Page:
Wednesday, June 24, 2009

Hotel WiFi Disservice

Last weekend my housemate went to Atlanta for an event she wanted to attend. She stayed at what is generally considered a moderately priced hotel chain which caters mainly to business travelers. After a nearly nine hour drive she wanted to unwind on Friday night and, being very much the geek, chose to go online. The hotel, like most major chains, offers free WiFi service. Perhaps more relevant to my point, they advertise free WiFi service.

Well, she could connect to their wireless network but couldn't get to the internet or connect to any websites. The hotel staff was neither helpful nor knowledgable when she reported the problem. She could ping their router so she suspected a DNS issue. She called me and I gave her the IP addresses for the OpenDNS nameservers. That solved the problem. It turns out the hotel did have free WiFi provided you are technically competent enough to troubleshoot a DNS problem and have alternate nameserver IP addresses on hand for DNS resolution. I somehow think that for most of their guests WiFi was effectively down.

A few years ago I traveled extensively for business. I found that hotels which had wired internet service were generally reliable. Hotels which offered WiFi services had problems far too often. I can't expect a hotel clerk or even a hotel manager to know how to solve wireless networking issues. I can expect them to care if the service is down as much as they would care if telephone service or TV was down throughout the hotel. In my experience they just don't.

In one place without working WiFi I was told they hoped to have the service provider in to check the system the following week. I had reservations for four nights. I checked out after one night and went to a different hotel. My work depends on my remaining connected. That is one hotel, a fairly expensive one at that, where I would never stay again. I would think, in this day and age, hotels would begin to realize just how important connectivity is to their guests. Sadly it often isn't the case.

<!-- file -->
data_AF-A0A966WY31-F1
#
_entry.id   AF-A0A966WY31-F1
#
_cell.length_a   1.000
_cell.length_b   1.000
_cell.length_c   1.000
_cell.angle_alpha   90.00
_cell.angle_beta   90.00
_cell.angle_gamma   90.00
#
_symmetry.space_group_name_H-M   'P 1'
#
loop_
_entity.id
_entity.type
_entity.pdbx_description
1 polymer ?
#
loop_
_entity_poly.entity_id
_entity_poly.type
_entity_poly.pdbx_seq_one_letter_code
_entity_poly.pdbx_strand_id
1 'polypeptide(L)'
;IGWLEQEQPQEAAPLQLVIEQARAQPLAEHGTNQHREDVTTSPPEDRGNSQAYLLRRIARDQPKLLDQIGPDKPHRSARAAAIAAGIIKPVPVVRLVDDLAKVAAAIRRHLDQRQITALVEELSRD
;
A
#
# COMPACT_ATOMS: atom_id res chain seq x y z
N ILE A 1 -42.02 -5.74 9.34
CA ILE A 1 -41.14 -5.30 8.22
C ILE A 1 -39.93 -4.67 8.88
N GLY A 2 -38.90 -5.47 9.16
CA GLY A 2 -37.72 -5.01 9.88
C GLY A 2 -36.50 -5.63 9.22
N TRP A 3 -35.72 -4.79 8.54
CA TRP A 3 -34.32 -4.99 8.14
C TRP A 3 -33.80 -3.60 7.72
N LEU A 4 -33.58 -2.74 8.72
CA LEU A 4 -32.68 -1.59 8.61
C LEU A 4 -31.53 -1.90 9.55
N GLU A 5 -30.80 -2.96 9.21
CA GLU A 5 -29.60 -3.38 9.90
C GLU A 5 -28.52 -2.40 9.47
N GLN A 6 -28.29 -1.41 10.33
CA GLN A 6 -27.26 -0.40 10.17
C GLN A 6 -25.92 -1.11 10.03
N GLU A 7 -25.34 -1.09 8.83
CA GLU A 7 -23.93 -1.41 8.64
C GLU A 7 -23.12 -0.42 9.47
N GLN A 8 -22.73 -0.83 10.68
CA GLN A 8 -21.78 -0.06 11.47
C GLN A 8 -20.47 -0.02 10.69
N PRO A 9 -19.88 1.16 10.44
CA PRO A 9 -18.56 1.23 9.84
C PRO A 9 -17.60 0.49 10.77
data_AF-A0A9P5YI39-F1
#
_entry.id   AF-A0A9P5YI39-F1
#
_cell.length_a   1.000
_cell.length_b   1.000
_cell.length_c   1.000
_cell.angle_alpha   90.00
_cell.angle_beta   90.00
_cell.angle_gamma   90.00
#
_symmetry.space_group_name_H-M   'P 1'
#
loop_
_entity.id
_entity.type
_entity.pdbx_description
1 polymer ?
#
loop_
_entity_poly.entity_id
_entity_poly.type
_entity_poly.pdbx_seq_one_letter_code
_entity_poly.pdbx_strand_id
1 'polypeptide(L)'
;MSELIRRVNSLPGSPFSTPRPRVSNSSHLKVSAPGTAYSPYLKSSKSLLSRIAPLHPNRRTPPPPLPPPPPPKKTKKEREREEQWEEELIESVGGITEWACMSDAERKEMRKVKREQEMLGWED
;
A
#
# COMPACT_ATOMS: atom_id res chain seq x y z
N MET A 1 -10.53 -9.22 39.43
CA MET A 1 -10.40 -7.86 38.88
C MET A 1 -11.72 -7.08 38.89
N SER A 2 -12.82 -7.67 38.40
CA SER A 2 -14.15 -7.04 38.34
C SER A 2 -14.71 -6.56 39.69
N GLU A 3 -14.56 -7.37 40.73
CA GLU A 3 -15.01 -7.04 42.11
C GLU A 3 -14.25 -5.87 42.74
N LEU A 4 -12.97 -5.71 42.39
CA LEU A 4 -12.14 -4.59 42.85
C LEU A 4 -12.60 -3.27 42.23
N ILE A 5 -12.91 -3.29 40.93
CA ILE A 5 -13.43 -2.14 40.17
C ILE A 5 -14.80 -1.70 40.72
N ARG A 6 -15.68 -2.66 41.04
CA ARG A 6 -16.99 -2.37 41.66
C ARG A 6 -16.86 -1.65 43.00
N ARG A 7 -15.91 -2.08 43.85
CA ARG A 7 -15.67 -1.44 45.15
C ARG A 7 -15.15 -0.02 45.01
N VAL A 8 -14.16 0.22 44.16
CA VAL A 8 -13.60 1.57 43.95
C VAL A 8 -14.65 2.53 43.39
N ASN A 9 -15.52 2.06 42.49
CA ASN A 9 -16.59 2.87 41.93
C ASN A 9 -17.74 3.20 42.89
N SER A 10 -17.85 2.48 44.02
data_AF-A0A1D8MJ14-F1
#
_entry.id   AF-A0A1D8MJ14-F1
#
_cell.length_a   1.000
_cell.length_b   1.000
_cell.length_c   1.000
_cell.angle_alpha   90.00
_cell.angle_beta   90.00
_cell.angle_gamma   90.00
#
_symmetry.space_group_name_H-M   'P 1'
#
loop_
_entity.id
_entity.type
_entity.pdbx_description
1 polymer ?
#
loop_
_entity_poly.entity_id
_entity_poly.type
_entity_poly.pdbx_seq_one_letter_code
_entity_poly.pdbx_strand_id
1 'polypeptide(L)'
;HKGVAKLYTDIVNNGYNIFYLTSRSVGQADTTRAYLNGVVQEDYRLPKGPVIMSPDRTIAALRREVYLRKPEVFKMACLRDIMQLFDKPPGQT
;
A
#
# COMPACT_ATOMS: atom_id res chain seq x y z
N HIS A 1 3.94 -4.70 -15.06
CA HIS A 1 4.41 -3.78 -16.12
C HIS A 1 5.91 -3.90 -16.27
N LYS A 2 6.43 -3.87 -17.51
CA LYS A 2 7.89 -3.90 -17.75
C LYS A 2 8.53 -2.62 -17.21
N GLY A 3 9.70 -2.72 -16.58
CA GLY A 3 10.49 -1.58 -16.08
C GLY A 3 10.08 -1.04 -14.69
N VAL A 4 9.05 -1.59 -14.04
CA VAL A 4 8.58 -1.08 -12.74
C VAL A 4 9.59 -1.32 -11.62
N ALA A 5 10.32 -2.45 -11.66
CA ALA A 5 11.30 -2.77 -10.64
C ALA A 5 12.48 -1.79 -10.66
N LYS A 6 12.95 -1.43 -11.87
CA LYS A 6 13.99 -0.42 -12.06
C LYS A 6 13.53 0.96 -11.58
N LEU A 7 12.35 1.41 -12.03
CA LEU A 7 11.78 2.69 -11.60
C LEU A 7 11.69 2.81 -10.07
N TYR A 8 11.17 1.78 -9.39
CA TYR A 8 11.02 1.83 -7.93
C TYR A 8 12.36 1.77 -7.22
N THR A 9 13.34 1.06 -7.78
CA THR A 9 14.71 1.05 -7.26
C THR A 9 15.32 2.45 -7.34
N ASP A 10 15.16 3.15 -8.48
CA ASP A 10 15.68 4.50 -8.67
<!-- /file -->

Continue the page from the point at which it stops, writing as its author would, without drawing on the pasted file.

Monday, June 1, 2009

Deceptive Pricing At CompUSA

On Friday my housemate and I went down to what used to be the Tiger Direct retail store in Raleigh. It turns out that Tiger Direct bought out what was left of CompUSA and has renamed their stores. I guess the CompUSA name is better known as a brick and mortar retail computer store.

The main reasons for the visit were for my housemate to upgrade the RAM in her Dell laptop from 1GB to 2GB and for me to buy an SD card to use in my Sylvania netbook. Some of you may have already noticed that I am now writing regularly for DistroWatch Weekly which means I am trying out different Linux distributions on a regular basis. It might be nice (not to mention less risky and somewhat easier) to install to the SD card rather than my hard drive when first checking things out. Anyway, Tiger Direct has always had very good prices on such things.

The good news is that my housemate did find the memory she wanted for the very nice price of $14. She also pointed me to an 8GB SD card priced at $9.99. Just what the doctor ordered! I also picked up a spindle of LightScribe CDrs which were way less expensive than anywhere else. I went to the register where the SD card rang up for $29.99. It turns out that the $9.99 price is after a rebate.

Here's the issue: the only way you'd know there was a rebate was to read some microscopic print on the price tag. I mean really, really tiny print. This is in the "bring your magnifying glass" category of tiny. I kid you not. There are price tags all over the store that have rebates. Most have the words "Final Price" in big, bold, red letters so that you know there is a rebate involved. This one didn't. It also wasn't the only tag like this.

My housemate immediately called this "deceptive pricing". I have to agree. So do some of our state legislators. A few years back some tried to pass a bill to ban this sort of pricing. I guess it never passed because the practice continues.

Look, I would have had no complaint if the price tag made it clear that a rebate was involved. As it is I decided I didn't want to lay out over $30 with tax and wait months for a check in the mail. Since a 4GB SD card is really all I need I decided to choose one of those instead. In that case the price on the tag was all I paid.

Will I still go to CompUSA? Yes, so long as they have really good prices. I'm not organizing a boycott or anything. However, I did voice my displeasure in the store. Maybe if enough of us complain they can be convinced that they'd do better to make it clear what you pay up front and what will be returned in the form of a rebate.